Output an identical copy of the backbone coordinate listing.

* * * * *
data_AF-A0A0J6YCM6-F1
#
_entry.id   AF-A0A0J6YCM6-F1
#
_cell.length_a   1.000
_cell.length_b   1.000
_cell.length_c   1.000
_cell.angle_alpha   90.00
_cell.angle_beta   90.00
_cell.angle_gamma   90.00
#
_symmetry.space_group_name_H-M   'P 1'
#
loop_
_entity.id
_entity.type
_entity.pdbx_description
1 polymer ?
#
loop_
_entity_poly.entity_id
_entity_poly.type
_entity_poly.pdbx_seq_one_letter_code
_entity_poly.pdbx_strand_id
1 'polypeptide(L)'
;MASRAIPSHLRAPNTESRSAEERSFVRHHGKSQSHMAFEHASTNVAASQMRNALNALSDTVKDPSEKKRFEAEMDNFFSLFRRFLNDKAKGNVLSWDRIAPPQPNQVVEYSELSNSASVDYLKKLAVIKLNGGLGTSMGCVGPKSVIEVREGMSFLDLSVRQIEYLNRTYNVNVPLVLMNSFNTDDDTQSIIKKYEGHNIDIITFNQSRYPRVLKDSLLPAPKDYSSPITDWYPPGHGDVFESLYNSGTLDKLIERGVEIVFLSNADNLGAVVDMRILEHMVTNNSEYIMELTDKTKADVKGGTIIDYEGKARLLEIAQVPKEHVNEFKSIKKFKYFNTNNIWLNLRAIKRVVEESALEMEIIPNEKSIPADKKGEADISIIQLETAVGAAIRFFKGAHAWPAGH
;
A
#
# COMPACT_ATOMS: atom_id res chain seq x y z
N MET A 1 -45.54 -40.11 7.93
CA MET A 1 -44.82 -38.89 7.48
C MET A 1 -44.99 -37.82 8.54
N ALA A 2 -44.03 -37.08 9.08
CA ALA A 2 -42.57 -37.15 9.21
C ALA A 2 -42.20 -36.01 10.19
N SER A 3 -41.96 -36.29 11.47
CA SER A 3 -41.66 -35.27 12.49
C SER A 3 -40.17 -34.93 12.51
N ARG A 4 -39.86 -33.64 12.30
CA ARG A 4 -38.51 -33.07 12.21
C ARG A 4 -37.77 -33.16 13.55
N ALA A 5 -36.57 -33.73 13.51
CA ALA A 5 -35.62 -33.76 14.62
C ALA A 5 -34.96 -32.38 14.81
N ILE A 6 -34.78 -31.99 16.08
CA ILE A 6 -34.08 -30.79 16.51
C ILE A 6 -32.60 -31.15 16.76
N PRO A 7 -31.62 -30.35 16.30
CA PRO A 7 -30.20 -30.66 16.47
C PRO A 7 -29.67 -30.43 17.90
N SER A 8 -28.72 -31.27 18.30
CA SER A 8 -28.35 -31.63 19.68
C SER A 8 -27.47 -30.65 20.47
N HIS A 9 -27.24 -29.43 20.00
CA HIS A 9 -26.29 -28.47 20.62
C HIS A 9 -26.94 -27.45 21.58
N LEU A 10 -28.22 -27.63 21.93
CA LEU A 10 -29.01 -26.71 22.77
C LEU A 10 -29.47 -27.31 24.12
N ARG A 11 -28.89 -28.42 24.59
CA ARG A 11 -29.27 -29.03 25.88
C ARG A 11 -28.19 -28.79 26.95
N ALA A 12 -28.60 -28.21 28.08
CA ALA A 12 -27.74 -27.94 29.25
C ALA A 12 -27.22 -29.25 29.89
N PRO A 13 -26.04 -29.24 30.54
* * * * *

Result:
data_AF-A0A0J6YCM6-F1
#
_entry.id   AF-A0A0J6YCM6-F1
#
_cell.length_a   1.000
_cell.length_b   1.000
_cell.length_c   1.000
_cell.angle_alpha   90.00
_cell.angle_beta   90.00
_cell.angle_gamma   90.00
#
_symmetry.space_group_name_H-M   'P 1'
#
loop_
_entity.id
_entity.type
_entity.pdbx_description
1 polymer ?
#
loop_
_entity_poly.entity_id
_entity_poly.type
_entity_poly.pdbx_seq_one_letter_code
_entity_poly.pdbx_strand_id
1 'polypeptide(L)'
;MASRAIPSHLRAPNTESRSAEERSFVRHHGKSQSHMAFEHASTNVAASQMRNALNALSDTVKDPSEKKRFEAEMDNFFSLFRRFLNDKAKGNVLSWDRIAPPQPNQVVEYSELSNSASVDYLKKLAVIKLNGGLGTSMGCVGPKSVIEVREGMSFLDLSVRQIEYLNRTYNVNVPLVLMNSFNTDDDTQSIIKKYEGHNIDIITFNQSRYPRVLKDSLLPAPKDYSSPITDWYPPGHGDVFESLYNSGTLDKLIERGVEIVFLSNADNLGAVVDMRILEHMVTNNSEYIMELTDKTKADVKGGTIIDYEGKARLLEIAQVPKEHVNEFKSIKKFKYFNTNNIWLNLRAIKRVVEESALEMEIIPNEKSIPADKKGEADISIIQLETAVGAAIRFFKGAHAWPAGH
;
A
#
# COMPACT_ATOMS: atom_id res chain seq x y z
N MET A 1 -45.54 -40.11 7.93
CA MET A 1 -44.82 -38.89 7.48
C MET A 1 -44.99 -37.82 8.54
N ALA A 2 -44.03 -37.08 9.08
CA ALA A 2 -42.57 -37.15 9.21
C ALA A 2 -42.20 -36.01 10.19
N SER A 3 -41.96 -36.29 11.47
CA SER A 3 -41.66 -35.27 12.49
C SER A 3 -40.17 -34.93 12.51
N ARG A 4 -39.86 -33.64 12.30
CA ARG A 4 -38.51 -33.07 12.21
C ARG A 4 -37.77 -33.16 13.55
N ALA A 5 -36.57 -33.73 13.51
CA ALA A 5 -35.62 -33.76 14.62
C ALA A 5 -34.96 -32.38 14.81
N ILE A 6 -34.78 -31.99 16.08
CA ILE A 6 -34.08 -30.79 16.51
C ILE A 6 -32.60 -31.15 16.76
N PRO A 7 -31.62 -30.35 16.30
CA PRO A 7 -30.20 -30.66 16.47
C PRO A 7 -29.67 -30.43 17.90
N SER A 8 -28.72 -31.27 18.30
CA SER A 8 -28.35 -31.63 19.68
C SER A 8 -27.47 -30.65 20.47
N HIS A 9 -27.24 -29.43 20.00
CA HIS A 9 -26.29 -28.47 20.62
C HIS A 9 -26.94 -27.45 21.58
N LEU A 10 -28.22 -27.63 21.93
CA LEU A 10 -29.01 -26.71 22.77
C LEU A 10 -29.47 -27.31 24.12
N ARG A 11 -28.89 -28.42 24.59
CA ARG A 11 -29.27 -29.03 25.88
C ARG A 11 -28.19 -28.79 26.95
N ALA A 12 -28.60 -28.21 28.08
CA ALA A 12 -27.74 -27.94 29.25
C ALA A 12 -27.22 -29.25 29.89
N PRO A 13 -26.04 -29.24 30.54